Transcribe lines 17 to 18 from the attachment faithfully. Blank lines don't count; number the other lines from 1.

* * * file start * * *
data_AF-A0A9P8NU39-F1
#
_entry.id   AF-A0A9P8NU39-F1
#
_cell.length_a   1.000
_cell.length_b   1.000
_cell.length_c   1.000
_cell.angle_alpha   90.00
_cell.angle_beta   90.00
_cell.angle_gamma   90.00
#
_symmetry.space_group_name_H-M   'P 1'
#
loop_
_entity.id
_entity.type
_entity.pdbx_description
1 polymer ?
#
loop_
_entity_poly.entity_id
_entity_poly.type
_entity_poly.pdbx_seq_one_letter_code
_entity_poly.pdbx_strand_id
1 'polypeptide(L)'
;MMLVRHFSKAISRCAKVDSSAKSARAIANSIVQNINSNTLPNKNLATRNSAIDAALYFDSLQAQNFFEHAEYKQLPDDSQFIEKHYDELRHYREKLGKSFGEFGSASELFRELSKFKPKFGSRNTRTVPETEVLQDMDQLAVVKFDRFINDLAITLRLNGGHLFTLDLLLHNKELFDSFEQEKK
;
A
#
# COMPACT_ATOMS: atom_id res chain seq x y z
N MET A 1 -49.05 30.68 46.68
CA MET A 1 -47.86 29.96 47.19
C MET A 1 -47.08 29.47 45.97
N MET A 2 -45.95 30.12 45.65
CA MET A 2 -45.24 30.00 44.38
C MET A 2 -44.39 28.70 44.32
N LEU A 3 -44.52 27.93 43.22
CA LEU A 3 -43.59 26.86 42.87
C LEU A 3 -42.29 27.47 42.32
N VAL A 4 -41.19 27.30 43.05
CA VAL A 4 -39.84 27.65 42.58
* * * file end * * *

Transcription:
_entity.pdbx_description
1 polymer ?